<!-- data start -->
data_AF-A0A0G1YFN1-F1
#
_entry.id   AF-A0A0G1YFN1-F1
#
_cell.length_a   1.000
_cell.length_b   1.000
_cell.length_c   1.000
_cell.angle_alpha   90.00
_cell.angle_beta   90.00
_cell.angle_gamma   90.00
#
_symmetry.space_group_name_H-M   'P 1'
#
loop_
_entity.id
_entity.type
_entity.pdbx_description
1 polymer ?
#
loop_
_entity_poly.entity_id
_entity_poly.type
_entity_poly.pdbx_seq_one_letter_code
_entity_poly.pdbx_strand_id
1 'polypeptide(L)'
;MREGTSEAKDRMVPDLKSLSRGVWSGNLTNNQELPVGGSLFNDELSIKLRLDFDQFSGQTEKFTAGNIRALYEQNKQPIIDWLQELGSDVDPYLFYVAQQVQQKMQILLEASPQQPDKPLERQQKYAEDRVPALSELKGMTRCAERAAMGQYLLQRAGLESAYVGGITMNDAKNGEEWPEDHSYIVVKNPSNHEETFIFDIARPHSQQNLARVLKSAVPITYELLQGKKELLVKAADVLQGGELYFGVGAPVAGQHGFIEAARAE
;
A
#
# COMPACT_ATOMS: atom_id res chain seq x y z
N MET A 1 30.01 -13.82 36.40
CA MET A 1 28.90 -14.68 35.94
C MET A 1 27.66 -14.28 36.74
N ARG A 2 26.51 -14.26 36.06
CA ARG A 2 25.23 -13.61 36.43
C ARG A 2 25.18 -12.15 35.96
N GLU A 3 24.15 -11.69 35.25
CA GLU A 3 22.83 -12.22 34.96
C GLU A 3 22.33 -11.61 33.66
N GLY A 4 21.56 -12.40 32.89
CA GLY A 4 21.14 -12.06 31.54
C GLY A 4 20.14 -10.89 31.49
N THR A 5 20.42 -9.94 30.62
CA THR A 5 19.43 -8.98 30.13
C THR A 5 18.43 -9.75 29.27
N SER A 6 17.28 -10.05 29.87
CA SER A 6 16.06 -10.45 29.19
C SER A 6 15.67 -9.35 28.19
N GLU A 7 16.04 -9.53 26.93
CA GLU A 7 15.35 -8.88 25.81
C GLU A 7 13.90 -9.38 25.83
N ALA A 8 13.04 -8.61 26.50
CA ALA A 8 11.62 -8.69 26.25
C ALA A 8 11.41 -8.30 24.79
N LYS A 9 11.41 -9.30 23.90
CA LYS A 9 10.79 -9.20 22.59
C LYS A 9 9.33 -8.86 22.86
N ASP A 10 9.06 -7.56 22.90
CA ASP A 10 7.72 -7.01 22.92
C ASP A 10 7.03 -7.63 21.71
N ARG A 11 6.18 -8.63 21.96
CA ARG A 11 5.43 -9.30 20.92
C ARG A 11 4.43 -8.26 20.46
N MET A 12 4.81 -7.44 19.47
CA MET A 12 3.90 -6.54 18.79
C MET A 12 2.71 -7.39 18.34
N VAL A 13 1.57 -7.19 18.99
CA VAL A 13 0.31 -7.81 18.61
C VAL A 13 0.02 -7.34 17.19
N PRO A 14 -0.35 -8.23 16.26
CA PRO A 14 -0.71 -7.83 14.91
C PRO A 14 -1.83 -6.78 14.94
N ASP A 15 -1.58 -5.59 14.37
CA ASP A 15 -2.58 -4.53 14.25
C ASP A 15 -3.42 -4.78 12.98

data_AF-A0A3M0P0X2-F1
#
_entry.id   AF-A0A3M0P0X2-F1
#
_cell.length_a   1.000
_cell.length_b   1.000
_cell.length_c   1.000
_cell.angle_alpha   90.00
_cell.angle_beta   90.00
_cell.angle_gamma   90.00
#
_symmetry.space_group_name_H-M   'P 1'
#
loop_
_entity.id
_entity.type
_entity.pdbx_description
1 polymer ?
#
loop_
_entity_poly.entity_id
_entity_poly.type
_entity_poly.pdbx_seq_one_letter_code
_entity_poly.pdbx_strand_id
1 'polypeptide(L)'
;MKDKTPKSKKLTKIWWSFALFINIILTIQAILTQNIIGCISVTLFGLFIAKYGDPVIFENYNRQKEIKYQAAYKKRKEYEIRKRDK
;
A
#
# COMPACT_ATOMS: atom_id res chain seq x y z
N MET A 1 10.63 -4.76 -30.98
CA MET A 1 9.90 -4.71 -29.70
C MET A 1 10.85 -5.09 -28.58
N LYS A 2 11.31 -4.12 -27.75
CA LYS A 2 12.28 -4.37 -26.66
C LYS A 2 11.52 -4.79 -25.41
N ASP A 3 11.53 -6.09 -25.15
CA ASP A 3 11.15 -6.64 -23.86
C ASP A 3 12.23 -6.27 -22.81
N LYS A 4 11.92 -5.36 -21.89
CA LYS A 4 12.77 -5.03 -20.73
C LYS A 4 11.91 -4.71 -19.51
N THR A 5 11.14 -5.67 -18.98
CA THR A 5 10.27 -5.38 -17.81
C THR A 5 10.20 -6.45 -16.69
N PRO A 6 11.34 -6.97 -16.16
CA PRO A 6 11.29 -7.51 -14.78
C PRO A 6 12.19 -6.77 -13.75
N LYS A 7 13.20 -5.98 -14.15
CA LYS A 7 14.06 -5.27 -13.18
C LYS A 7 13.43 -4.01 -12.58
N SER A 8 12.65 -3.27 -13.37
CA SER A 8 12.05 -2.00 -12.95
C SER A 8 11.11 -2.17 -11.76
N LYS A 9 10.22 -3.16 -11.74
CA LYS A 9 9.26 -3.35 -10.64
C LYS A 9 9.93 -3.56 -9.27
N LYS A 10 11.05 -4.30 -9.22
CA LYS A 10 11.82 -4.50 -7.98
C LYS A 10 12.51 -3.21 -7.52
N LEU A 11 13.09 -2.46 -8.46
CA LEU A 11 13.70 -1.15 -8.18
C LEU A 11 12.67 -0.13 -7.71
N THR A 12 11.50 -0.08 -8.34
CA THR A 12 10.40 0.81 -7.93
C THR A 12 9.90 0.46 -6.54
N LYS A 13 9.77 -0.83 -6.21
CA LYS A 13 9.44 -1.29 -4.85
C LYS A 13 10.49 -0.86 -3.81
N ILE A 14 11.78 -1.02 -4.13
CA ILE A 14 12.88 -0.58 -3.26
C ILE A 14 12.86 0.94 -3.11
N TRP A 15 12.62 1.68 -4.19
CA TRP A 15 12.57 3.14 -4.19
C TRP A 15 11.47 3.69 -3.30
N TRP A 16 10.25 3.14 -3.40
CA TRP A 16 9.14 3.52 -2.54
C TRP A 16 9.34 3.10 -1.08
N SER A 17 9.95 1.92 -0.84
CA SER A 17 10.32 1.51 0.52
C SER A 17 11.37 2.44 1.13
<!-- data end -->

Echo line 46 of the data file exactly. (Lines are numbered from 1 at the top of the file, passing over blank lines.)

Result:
N SER A 6 17.28 -10.05 29.87